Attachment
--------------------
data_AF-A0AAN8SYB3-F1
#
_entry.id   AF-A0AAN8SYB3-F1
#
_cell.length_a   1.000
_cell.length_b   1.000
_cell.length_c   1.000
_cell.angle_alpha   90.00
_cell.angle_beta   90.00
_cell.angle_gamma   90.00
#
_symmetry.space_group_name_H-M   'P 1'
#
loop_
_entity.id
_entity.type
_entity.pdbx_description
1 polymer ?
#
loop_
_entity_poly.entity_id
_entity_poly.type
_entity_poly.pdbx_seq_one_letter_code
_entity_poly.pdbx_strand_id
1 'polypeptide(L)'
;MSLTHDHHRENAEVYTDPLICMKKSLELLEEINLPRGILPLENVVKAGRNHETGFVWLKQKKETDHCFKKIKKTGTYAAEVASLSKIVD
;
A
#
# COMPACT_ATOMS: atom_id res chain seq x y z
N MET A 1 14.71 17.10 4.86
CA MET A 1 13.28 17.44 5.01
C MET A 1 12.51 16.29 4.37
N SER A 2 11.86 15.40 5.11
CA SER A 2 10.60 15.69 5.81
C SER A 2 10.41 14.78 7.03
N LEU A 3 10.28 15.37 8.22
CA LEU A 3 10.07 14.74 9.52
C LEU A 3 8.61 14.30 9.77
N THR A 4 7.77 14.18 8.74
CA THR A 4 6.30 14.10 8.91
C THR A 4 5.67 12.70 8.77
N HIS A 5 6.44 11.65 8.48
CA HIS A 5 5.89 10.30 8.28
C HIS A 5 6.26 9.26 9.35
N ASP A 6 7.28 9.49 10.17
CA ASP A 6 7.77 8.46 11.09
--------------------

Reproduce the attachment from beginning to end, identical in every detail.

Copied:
data_AF-A0AAN8SYB3-F1
#
_entry.id   AF-A0AAN8SYB3-F1
#
_cell.length_a   1.000
_cell.length_b   1.000
_cell.length_c   1.000
_cell.angle_alpha   90.00
_cell.angle_beta   90.00
_cell.angle_gamma   90.00
#
_symmetry.space_group_name_H-M   'P 1'
#
loop_
_entity.id
_entity.type
_entity.pdbx_description
1 polymer ?
#
loop_
_entity_poly.entity_id
_entity_poly.type
_entity_poly.pdbx_seq_one_letter_code
_entity_poly.pdbx_strand_id
1 'polypeptide(L)'
;MSLTHDHHRENAEVYTDPLICMKKSLELLEEINLPRGILPLENVVKAGRNHETGFVWLKQKKETDHCFKKIKKTGTYAAEVASLSKIVD
;
A
#
# COMPACT_ATOMS: atom_id res chain seq x y z
N MET A 1 14.71 17.10 4.86
CA MET A 1 13.28 17.44 5.01
C MET A 1 12.51 16.29 4.37
N SER A 2 11.86 15.40 5.11
CA SER A 2 10.60 15.69 5.81
C SER A 2 10.41 14.78 7.03
N LEU A 3 10.28 15.37 8.22
CA LEU A 3 10.07 14.74 9.52
C LEU A 3 8.61 14.30 9.77
N THR A 4 7.77 14.18 8.74
CA THR A 4 6.30 14.10 8.91
C THR A 4 5.67 12.70 8.77
N HIS A 5 6.44 11.65 8.48
CA HIS A 5 5.89 10.30 8.28
C HIS A 5 6.26 9.26 9.35
N ASP A 6 7.28 9.49 10.17
CA ASP A 6 7.77 8.46 11.09